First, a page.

Hepatitis B virus inhibition in mice by lentiviral vector mediated short hairpin RNA
- Equal contributors
Liver Transplantation Center of the First Affiliated Hospital, Nanjing Medical University, 300 Guangzhou Road, Nanjing, Jiangsu 210029, PR China
BMC Gastroenterology 2009, 9:73 doi:10.1186/1471-230X-9-73Published: 6 October 2009
Chronic hepatitis B virus (HBV) infection is an important cause of cirrhosis and hepatocellular carcinoma. The major challenges for current therapies are the low efficacy of current drugs and the occurrence of drug resistant HBV mutations. RNA interference (RNAi) of virus-specific genes offers the possibility of developing a new anti-HBV therapy. Recent reports have shown that lentiviral vectors based on HIV-1 are promising gene delivery vehicles due to their ability to integrate transgenes into non-dividing cells. Herein, a lentivirus-based RNAi system was developed to drive expression and delivery of HBV-specific short hairpin RNA (shRNA) in a mouse model for HBV replication.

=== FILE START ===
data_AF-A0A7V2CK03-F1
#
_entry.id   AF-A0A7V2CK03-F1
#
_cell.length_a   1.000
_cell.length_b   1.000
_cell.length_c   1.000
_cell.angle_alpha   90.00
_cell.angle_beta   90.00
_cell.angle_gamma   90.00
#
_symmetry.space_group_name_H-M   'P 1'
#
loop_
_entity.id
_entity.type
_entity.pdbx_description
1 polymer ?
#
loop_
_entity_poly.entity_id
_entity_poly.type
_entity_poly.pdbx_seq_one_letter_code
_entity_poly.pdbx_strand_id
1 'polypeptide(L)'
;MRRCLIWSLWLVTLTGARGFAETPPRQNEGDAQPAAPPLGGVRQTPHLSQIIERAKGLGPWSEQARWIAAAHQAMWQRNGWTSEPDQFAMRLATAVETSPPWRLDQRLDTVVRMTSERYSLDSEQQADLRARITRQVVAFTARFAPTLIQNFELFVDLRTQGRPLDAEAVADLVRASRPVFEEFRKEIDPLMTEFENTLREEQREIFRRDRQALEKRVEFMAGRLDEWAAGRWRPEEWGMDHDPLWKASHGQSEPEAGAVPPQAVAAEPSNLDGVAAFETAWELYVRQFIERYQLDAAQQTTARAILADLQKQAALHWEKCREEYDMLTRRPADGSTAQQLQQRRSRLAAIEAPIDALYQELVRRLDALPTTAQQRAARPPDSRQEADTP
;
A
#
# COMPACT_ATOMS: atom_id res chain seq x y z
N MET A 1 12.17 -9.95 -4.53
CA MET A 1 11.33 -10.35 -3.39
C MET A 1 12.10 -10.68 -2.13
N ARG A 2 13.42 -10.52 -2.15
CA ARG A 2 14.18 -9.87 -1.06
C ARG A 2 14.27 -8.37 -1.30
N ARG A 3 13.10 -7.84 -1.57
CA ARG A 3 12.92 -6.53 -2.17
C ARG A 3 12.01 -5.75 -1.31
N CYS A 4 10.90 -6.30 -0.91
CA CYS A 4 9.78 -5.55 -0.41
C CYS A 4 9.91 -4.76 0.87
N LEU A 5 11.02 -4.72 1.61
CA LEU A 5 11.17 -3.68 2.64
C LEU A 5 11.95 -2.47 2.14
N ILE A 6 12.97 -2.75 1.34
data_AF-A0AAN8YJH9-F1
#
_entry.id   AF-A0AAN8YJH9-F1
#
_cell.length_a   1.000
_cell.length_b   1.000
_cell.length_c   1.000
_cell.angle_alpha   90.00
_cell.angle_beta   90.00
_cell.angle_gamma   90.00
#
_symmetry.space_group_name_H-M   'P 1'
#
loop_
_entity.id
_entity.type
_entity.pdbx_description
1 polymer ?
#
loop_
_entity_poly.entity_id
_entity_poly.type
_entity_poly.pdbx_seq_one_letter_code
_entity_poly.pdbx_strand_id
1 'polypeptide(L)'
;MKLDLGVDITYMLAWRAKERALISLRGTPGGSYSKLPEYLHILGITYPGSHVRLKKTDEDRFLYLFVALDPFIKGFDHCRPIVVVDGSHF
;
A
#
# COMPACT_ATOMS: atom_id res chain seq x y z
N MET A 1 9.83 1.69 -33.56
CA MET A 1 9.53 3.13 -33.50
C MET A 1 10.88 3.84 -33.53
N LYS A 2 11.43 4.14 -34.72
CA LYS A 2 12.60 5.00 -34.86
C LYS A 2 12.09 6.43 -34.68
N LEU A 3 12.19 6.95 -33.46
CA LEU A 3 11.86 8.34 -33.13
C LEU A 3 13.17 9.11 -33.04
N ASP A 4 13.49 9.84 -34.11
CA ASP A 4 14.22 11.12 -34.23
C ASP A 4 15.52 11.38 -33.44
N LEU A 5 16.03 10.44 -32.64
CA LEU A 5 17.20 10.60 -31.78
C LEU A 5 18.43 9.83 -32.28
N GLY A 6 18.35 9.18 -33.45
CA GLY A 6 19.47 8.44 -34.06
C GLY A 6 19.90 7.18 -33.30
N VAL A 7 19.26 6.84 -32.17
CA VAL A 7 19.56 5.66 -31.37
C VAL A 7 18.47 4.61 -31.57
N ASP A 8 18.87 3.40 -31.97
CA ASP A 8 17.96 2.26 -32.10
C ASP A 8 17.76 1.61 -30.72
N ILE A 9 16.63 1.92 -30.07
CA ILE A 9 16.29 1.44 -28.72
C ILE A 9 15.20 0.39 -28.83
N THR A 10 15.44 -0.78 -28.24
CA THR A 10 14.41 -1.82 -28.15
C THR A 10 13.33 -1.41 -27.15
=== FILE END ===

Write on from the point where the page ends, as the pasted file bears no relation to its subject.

Hepatitis B surface antigen (HBsAg) and hepatitis B e antigen (HBeAg) in the sera of the mice were analyzed by quantitative sandwich enzyme linked immunosorbent assay (ELISA) technique, hepatitis B core antigen (HBcAg) and HBsAg in the livers of the mice were detected by immunohistochemical assay, HBV DNA and HBV mRNA were measured by fluorogenic quantitative polymerase chain reaction (FQ-PCR) and quantitative real-time PCR respectively.
Co-injection of HBV plasmids together with the lentivirus targeting HBV shRNA induced an RNAi response. Secreted HBsAg was reduced by 89% in mouse serum, and HBeAg was also significantly inhibited, immunohistochemical detection of HBcAg or HBsAg in the liver tissues also revealed substantial reduction. Lentiviral mediated shRNA caused a significant suppression in the levels of viral mRNA and DNA synthesis compared to the control group.
Lentivirus-based RNAi can be used to suppress HBV replication in vivo, it might become a potential therapeutic strategy for treating HBV and other viral infections.